Book Review: Lexicon by Max Barry

lexicon

Title: Lexicon

Author: Max Barry

Genre: Fiction, Thriller, Scifi, Romance

Publisher: Penguin Press
Publication Date: June 18 2013
Hardcover: 390 pages

At an exclusive school somewhere outside of Arlington, Virginia, students aren’t taught history, geography, or mathematics–at least not in the usual ways. Instead, they are taught to persuade. Here the art of coercion has been raised to a science. Students harness the hidden power of language to manipulate the mind and learn to break down individuals by psychographic markers in order to take control of their thoughts. The very best will graduate as “poets”, adept wielders of language who belong to a nameless organization that is as influential as it is secretive.

Whip-smart orphan Emily Ruff is making a living running a three-card Monte game on the streets of San Francisco when she attracts the attention of the organization’s recruiters. She is flown across the country for the school’s strange and rigorous entrance exams, where, once admitted, she will be taught the fundamentals of persuasion by Bronte, Eliot, and Lowell–who have adopted the names of famous poets to conceal their true identities. For in the organization, nothing is more dangerous than revealing who you are: Poets must never expose their feelings lest they be manipulated. Emily becomes the school’s most talented prodigy until she makes a catastrophic mistake: She falls in love.

Meanwhile, a seemingly innocent man named Wil Jamieson is brutally ambushed by two strange men in an airport bathroom. Although he has no recollection of anything they claim he’s done, it turns out Wil is the key to a secret war between rival factions of poets and is quickly caught in their increasingly deadly crossfire. Pursued relentlessly by people with powers he can barely comprehend and protected by the very man who first attacked him, Wil discovers that everything he thought he knew about his past was fiction. In order to survive, must journey to the toxically decimated town of Broken Hill, Australia, to discover who he is and why an entire town was blown off the map.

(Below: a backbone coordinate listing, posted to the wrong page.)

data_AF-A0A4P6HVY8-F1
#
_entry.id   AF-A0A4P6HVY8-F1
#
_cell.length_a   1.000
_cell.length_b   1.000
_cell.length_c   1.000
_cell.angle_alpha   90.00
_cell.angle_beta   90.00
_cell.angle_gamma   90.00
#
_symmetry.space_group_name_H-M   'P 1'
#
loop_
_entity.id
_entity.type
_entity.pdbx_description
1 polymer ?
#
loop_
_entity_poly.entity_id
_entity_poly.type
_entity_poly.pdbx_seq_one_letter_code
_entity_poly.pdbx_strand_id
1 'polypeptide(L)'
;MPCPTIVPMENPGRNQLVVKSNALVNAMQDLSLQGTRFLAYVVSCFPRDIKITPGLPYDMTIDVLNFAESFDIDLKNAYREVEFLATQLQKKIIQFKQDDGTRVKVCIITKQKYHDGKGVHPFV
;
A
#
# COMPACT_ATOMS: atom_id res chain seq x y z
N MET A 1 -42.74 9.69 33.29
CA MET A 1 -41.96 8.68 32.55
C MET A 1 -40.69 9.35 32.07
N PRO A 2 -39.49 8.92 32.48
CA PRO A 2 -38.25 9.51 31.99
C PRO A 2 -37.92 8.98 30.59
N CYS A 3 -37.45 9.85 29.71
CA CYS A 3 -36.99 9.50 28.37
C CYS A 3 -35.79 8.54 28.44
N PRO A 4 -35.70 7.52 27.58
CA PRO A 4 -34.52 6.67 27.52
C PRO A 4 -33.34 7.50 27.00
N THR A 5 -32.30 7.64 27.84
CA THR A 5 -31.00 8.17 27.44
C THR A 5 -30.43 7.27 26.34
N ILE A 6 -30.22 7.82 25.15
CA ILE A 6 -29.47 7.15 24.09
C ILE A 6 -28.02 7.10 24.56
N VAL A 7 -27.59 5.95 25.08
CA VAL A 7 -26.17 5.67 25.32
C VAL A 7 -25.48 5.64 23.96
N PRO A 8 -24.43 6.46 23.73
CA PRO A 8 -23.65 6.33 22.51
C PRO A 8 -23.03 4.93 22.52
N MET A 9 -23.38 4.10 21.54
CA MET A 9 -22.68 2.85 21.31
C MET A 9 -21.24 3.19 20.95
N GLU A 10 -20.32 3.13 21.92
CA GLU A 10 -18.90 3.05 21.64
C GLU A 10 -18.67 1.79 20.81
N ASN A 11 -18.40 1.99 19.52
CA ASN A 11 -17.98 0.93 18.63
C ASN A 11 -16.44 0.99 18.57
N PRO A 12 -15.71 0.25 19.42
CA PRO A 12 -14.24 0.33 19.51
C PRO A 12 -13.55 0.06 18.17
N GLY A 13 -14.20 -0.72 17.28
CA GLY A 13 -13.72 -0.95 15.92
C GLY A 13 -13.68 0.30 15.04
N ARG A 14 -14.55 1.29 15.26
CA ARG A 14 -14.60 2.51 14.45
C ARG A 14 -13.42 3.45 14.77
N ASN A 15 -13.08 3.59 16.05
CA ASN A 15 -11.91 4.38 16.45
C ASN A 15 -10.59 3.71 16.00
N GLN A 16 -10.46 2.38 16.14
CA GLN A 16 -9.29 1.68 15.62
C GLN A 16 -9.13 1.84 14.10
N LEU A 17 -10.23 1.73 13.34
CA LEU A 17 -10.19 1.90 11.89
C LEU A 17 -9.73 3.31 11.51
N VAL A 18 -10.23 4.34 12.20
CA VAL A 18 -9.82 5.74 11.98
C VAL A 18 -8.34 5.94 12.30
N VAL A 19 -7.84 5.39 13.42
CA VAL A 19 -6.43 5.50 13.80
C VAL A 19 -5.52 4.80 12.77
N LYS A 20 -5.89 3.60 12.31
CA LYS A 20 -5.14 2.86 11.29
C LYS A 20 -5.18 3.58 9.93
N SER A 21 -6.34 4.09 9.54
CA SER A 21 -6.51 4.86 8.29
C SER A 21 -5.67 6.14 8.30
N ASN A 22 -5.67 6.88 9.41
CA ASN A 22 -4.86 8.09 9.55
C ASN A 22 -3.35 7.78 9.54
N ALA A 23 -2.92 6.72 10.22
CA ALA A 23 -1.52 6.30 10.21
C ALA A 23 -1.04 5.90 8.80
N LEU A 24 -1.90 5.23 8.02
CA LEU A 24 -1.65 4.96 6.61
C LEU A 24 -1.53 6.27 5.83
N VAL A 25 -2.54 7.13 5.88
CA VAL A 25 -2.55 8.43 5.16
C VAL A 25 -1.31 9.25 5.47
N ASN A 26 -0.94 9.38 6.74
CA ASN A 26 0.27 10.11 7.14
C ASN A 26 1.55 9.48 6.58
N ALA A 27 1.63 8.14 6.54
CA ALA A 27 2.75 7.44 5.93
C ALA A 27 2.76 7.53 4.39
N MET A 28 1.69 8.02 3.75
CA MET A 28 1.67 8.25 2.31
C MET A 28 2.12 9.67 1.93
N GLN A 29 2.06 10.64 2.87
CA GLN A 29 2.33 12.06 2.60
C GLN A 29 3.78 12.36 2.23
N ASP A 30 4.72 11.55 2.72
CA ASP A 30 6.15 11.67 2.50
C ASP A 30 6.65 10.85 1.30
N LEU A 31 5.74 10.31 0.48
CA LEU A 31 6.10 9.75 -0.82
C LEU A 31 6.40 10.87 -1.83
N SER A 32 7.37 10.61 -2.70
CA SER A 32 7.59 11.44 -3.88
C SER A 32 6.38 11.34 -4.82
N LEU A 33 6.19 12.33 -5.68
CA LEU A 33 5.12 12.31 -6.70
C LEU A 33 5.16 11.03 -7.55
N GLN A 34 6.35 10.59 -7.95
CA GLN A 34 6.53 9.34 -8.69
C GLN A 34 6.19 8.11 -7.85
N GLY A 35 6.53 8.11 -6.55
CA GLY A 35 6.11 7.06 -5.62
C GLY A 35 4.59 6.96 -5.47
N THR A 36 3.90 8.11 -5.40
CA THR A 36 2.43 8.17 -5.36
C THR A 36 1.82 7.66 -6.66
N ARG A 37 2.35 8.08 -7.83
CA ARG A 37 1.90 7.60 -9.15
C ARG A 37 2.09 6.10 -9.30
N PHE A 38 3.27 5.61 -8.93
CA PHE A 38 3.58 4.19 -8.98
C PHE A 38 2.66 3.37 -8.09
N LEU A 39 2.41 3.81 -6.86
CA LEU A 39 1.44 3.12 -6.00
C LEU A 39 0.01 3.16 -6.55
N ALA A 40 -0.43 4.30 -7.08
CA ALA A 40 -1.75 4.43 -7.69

Would I recommend this book:
HELL YES


REVIEW

The story opens with a needle plunging into Wil’s eye. In the meantime, his kidnappers are asking him: “Would you describe yourself as more of a dog person or a cat person?” and “What is your favorite color?” and et cetera.

Ridiculous but gripping, isn’t it?

The idea of the book is that words have power—simply put—and there are individuals who call themselves “poets” who practice this power. So, basically, these individuals are capable of killing by using specific “words”. How? Words can cause an individual to drop all their defenses and become persuadable. And the reason why these individuals are known as poets is because they are named after famous poets in order to hide their true identity. This is because once a person knows you, they are capable of distinguishing which segment you belong to and which words would best work on you. I bet you’re thinking: If these individuals can’t even trust their own, then that just smells trouble. You bet.

As you well know, we have a dual-narrative: one being Emily’s and the other, being Wil’s. While we have Wil being taken captive because he is the only person to have survived the tragedy at Broken Hill, Australia, we have Emily, a hustler from California who is whisked away into a school in Virginia that teaches special individuals the meaning of words. So, you are being thrown back and forth between the two protagonists, but eventually, their stories collide and intertwine. This is handled very well and you will be satisfied.

Now, I’d rather not say anymore than I already did because I think it would take away some of the magic about going into an amazing story, like this, while blind. I was very taken aback by this back and highly recommend it! 


Romance: Yes.



Favorite Section:

That’s what’s happening if you’re getting all your news from one place. If you stop listening to someone the second you hear a word or phrase you’ve been taught belongs to the enemy, like “environment” or “job creators,” that’s what you’re doing. You might be an intelligent person, but once you let someone else filter the world for you, you have no way to critically analyze what you’re hearing. At best, absolute best case scenario, if they blatantly contradict themselves, you can spot that. But if they take basic care to maintain an internal logical consistency, which they all do, you’ve got nothing. You’ve delegated the ability to make up your mind.


Rating: 4.5/5 Stars

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